Every physician should maintain a reasonable standard of skill and care; however, if they fail to correctly diagnose or treat an illness or injury, they may be guilty of medical malpractice. The problem is, the actions of any medical professional must meet reasonable standards of care and skill that another professional in the same field would exhibit in those same conditions. Only if the victim can prove that their physician’s treatment was not up to that reasonable standard can they file a claim for medical malpractice.
Many types of actions, inaction, or incorrect action can lead to medical malpractice, but most of them include failing to follow proper procedures or following proper procedures incorrectly. Those types of negligence include:
- Failing to diagnose an illness that a more competent doctor would have discovered and treated
- Failing to treat an illness or injury with the reasonable skill or care that a more competent physician would employ
- Failing to obtain fully informed consent from the patient by not explaining all of the known risks of a treatment or procedure
There are many other categories of negligence, but these examples make it clear that the measure of competence is what a reasonably skilled medical professional in the same field would do under the same circumstances.
In order to have sufficient cause to file a medical malpractice claim against a doctor, there must be sufficient evidence to prove their negligence. That is most often found in one of two ways:
- The injury is so clearly the result of negligence that it proves itself, and no more testimony or evidence is required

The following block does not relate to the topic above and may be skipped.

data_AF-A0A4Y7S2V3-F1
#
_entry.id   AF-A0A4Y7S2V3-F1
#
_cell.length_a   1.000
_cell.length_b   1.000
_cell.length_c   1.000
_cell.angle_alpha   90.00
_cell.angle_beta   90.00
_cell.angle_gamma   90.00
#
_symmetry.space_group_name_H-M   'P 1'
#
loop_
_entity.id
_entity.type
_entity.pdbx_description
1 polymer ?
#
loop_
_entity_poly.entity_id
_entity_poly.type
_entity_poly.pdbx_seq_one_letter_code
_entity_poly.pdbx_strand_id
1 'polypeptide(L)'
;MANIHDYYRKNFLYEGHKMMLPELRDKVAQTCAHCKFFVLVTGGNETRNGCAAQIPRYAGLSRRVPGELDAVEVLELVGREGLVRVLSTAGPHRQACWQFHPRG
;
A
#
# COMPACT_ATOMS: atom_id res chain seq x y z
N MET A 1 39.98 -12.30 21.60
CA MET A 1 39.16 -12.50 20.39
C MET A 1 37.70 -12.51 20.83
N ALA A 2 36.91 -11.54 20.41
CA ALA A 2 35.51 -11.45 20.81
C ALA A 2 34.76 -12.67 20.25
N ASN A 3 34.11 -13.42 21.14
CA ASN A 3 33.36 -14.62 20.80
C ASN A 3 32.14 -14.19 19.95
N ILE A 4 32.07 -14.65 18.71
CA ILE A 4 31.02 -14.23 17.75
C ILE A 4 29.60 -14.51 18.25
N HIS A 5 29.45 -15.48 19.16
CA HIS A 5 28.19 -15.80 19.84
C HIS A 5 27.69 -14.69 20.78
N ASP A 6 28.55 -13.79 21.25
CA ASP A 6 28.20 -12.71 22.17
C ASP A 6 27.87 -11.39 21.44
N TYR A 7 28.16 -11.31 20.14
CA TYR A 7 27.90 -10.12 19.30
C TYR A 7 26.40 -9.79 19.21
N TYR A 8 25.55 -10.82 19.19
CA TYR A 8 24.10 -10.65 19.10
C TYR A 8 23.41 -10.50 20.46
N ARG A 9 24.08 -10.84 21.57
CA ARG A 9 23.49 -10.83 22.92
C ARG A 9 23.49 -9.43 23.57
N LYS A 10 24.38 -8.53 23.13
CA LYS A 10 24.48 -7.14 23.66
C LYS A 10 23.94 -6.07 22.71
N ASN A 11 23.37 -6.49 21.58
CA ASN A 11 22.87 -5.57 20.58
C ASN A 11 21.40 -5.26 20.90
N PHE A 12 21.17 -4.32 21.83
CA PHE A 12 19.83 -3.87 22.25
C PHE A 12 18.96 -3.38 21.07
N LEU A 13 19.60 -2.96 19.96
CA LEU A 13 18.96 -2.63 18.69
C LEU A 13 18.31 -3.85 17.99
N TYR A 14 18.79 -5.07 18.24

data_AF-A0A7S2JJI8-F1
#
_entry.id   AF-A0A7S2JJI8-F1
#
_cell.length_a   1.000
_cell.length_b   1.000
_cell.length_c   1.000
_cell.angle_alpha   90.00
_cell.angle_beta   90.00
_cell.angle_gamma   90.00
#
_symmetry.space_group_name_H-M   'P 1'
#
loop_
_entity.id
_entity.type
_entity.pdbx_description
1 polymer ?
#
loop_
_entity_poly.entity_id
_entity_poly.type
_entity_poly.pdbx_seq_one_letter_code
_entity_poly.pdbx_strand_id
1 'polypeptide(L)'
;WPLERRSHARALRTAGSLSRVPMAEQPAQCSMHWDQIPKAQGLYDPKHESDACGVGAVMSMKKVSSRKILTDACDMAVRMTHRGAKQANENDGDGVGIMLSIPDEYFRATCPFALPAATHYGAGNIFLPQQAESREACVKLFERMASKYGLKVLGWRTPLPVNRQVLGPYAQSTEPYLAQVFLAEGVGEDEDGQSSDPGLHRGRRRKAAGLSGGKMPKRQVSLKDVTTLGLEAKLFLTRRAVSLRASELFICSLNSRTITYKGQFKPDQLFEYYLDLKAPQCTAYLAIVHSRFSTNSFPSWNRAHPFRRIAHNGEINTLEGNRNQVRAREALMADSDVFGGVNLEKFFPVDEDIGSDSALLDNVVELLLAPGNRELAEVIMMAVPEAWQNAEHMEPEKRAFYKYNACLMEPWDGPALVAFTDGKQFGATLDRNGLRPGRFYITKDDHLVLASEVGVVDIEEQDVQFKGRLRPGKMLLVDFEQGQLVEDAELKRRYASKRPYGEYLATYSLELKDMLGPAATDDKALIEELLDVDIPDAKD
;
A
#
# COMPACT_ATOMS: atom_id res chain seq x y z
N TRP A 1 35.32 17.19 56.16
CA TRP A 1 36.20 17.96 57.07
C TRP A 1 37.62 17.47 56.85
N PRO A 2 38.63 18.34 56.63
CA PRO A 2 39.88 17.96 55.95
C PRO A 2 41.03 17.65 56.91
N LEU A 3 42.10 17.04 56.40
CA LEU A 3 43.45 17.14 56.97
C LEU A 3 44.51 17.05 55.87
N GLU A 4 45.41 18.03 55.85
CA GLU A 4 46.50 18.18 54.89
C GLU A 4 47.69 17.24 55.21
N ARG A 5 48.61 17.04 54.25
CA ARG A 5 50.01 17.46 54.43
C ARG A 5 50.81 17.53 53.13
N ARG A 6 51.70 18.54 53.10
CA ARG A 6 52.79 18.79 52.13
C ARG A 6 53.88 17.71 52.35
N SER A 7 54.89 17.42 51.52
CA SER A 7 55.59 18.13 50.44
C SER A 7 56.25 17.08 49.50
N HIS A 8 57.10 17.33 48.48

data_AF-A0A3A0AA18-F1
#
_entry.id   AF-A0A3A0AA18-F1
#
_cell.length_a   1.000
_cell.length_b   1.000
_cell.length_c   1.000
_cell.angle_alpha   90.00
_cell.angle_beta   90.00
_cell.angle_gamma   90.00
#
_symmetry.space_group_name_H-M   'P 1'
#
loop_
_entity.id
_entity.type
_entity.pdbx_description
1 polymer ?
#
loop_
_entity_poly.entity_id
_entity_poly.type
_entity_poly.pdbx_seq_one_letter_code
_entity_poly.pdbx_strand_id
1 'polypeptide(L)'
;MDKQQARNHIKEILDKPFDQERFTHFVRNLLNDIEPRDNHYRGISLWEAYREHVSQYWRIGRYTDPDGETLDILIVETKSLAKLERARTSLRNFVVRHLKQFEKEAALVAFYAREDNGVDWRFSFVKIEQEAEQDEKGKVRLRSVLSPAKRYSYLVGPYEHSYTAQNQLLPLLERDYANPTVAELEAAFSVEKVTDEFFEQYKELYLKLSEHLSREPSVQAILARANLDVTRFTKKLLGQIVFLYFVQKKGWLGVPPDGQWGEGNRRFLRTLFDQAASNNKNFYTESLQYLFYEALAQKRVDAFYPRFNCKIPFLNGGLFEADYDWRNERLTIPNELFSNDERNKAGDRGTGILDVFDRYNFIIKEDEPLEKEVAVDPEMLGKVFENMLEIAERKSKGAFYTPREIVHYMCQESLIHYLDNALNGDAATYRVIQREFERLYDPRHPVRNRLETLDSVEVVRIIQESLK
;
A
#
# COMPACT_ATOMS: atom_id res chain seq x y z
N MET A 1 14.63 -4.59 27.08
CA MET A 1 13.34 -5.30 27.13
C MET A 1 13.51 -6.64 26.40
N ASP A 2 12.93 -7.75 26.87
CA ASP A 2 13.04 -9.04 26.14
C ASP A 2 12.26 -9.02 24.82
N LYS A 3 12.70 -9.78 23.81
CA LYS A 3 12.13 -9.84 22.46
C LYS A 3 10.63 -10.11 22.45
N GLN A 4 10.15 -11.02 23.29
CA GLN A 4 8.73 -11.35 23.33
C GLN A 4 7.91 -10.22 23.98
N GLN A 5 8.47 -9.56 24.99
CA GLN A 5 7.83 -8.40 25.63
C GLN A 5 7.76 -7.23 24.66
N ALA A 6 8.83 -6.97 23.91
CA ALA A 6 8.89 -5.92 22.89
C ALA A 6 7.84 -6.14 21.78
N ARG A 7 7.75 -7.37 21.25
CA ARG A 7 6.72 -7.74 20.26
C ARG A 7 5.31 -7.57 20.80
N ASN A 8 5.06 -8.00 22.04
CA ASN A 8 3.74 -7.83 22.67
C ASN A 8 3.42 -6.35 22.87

- Another medical expert has examined the medical records and the patient and found that medical malpractice did, in fact, occur, and they are willing to testify to that fact. Many state laws require a certificate of merit from that expert be filed with the medical malpractice claim.
Even if there is sufficient evidence to prove that a medical professional was negligent in their care of a patient, unless that patient suffered injury that resulted in damages, there are no grounds for compensation. Damages often include medical costs, pain and suffering, mental anguish, and lost income. If those damages exist and can be sufficiently justified to stand up in a settlement negotiation or a hearing in court, the victim may win their case.
Getting Legal Help with Damages for Wrong Diagnosis and Failure to Treat
It may take an expert to prove that a doctor negligently diagnosed and failed to treat an illness or injury. A patient may be dissatisfied with the care their physician provided, but unless there is proof of negligence certified by an expert, and sufficient evidence to prove that case in court, the victim may have no case. It can be essential to consult a skilled medical malpractice attorney to learn if a victim has grounds for a claim and how to pursue it before spending time and money proceeding in the wrong direction.